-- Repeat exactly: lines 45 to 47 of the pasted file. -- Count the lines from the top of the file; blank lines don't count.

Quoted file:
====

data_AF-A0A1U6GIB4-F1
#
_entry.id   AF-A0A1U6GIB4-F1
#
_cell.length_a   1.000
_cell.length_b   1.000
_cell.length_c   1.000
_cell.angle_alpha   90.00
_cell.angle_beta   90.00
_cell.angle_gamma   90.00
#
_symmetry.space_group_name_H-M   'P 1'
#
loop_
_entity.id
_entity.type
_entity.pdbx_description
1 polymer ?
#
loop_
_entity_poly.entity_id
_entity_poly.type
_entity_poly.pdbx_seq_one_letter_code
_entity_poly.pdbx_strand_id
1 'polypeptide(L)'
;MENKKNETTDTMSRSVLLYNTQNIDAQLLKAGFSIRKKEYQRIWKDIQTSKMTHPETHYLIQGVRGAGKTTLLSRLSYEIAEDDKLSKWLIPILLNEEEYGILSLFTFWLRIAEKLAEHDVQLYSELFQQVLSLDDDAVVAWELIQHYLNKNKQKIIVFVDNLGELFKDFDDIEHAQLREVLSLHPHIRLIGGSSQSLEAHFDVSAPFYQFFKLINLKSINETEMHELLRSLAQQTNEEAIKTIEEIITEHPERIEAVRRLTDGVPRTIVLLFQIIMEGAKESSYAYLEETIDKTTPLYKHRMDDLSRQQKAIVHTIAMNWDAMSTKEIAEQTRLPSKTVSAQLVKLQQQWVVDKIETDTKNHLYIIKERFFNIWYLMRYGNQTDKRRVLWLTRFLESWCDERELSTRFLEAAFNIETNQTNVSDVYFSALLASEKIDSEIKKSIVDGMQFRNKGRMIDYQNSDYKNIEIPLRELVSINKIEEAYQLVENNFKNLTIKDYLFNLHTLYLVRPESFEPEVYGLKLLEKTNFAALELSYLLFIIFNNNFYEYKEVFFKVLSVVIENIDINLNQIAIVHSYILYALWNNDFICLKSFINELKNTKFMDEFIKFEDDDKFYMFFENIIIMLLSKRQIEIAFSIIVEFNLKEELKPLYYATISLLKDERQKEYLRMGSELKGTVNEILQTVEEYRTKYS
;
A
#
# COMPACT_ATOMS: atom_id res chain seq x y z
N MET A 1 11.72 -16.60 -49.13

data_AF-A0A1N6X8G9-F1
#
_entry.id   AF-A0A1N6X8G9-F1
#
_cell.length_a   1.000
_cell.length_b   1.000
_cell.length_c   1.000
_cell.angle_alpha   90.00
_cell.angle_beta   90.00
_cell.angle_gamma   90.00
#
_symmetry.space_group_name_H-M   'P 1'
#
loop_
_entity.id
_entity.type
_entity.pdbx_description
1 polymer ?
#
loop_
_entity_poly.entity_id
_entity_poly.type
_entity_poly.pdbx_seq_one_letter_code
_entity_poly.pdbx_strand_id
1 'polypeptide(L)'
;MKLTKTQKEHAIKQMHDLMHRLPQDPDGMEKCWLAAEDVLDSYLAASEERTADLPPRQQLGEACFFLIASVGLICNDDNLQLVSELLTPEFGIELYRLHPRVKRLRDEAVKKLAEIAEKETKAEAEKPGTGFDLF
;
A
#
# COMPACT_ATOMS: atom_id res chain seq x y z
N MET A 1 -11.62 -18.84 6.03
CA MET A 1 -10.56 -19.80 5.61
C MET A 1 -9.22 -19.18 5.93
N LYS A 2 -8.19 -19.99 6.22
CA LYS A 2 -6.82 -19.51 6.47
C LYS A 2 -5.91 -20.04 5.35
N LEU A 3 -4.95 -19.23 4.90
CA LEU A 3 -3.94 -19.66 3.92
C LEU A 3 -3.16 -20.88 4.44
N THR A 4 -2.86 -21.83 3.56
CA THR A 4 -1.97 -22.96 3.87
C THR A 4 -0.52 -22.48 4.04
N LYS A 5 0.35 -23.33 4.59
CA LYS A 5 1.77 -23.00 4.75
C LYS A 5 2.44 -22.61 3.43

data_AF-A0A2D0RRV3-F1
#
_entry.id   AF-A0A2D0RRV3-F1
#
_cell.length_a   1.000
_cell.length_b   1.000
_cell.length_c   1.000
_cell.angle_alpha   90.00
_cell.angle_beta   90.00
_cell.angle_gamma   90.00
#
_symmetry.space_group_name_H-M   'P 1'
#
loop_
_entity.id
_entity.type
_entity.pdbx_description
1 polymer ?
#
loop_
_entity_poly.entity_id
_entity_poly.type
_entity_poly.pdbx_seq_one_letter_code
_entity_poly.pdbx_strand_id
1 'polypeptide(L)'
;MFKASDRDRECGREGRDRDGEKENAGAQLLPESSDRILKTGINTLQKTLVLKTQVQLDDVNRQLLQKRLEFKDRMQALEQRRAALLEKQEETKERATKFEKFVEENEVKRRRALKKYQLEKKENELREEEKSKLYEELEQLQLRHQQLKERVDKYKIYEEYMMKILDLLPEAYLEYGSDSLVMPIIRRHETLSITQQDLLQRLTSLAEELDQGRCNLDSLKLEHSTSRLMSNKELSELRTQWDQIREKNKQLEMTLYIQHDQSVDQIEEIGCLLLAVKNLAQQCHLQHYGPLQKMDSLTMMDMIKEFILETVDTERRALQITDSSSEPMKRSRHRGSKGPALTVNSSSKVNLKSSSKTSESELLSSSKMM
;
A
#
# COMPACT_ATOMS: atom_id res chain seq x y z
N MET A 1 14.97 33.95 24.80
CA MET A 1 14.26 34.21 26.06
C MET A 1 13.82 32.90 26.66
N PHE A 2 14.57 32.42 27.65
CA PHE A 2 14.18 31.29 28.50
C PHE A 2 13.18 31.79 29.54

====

loop_
_entity.id
_entity.type